Novel functional biochar composites help to treat wastewater

Novel functional biochar composites help to treat wastewater
Diagram of the fabrication process and mechanism of FBCs. Credit: GAO Yujie

A team led by Prof. Wu Zhengyan from the Hefei Institutes of Physical Science of the Chinese Academy of Sciences (CAS) recently fabricated novel functional biochar composites (FBCs) using two solid waste-red mud and corn straw, and they exploited them in acidic dye wastewater treatment. Relevant result was published in Journal of Cleaner Production.

Red mud is a bauxite residue generated from the Bayer process in the aluminum industry. More than two billion metric tons of red mud was piled up at random globally, causing waste of land resources and severe environmental pollution. Corn is an ordinary agricultural solid waste with more than 200 million metric tons generated annually in China. The exploitation of solid waste is the best way to dispose of it.

In recent years, many methods have been developed to utilize red mud or straw, but those methods are not widely promoted and used. Therefore, it is necessary to create a novel method to reuse red mud and corn straw.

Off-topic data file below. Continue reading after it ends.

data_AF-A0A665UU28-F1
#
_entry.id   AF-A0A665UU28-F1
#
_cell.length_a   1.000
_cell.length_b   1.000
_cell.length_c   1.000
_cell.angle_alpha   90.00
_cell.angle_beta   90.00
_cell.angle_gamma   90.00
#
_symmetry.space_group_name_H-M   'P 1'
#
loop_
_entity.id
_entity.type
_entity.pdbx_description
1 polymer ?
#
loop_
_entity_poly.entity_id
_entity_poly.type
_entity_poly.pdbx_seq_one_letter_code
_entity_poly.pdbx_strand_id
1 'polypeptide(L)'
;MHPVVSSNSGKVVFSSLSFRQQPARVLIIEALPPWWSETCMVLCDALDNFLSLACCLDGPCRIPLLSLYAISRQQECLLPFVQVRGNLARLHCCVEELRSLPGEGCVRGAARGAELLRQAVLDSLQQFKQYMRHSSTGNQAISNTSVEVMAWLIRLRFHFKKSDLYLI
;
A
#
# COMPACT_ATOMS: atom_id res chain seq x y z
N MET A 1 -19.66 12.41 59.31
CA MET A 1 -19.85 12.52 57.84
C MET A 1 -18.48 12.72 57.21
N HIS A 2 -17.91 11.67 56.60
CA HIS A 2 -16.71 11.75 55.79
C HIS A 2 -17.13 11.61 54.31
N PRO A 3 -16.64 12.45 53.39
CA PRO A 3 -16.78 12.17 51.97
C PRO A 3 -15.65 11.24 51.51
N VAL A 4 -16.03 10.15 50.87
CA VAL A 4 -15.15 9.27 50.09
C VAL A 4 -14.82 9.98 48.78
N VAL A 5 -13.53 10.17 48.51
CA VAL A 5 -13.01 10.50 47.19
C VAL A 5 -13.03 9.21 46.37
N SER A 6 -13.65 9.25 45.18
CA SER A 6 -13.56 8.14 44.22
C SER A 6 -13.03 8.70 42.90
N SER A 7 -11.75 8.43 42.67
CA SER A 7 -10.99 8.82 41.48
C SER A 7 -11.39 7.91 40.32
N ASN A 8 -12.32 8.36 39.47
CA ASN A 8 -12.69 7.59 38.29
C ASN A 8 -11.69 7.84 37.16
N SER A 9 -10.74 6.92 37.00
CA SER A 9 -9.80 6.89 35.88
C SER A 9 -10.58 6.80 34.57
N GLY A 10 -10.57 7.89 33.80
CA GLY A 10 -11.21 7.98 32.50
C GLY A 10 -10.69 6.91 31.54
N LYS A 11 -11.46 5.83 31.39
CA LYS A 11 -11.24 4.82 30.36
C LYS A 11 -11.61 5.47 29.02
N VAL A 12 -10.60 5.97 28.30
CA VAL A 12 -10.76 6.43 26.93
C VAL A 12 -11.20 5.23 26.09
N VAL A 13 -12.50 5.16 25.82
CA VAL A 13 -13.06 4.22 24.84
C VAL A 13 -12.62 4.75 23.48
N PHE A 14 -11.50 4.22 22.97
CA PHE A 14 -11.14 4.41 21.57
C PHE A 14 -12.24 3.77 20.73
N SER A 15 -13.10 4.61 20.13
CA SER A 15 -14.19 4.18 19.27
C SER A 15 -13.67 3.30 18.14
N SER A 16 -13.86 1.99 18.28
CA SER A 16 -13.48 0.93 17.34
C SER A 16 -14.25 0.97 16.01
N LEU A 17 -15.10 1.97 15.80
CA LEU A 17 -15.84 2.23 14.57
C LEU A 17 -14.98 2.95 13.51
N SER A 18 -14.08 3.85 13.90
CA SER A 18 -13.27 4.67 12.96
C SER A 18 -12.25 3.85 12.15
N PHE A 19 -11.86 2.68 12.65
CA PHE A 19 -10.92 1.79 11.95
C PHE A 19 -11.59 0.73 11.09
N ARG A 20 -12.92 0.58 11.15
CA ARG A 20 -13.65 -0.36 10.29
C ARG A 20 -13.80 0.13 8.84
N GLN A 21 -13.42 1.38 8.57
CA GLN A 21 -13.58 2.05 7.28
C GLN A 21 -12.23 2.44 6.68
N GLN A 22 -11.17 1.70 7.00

In this work, FBCs were fabricated by the co-pyrolysis of red mud and corn straw and exploited in acidic dye wastewater treatment.

According to the researchers, the FBCs showed excellent neutralization performance due to containing alkaline substances (mainly calcium oxide CaO) and adsorption capacity on acidic dyes due to its . Moreover, FBCs could be collected by magnet because it contains zero-valent iron.

This work provides an efficient approach to reuse and a novel technology for acidic dye wastewater treatment.

More information: Yujie Gao et al, Functional biochar fabricated from waste red mud and corn straw in China for acidic dye wastewater treatment, Journal of Cleaner Production (2021). DOI: 10.1016/j.jclepro.2021.128887

Journal information: Journal of Cleaner Production

Citation: Novel functional biochar composites help to treat wastewater (2021, September 10) retrieved 6 February 2023 from
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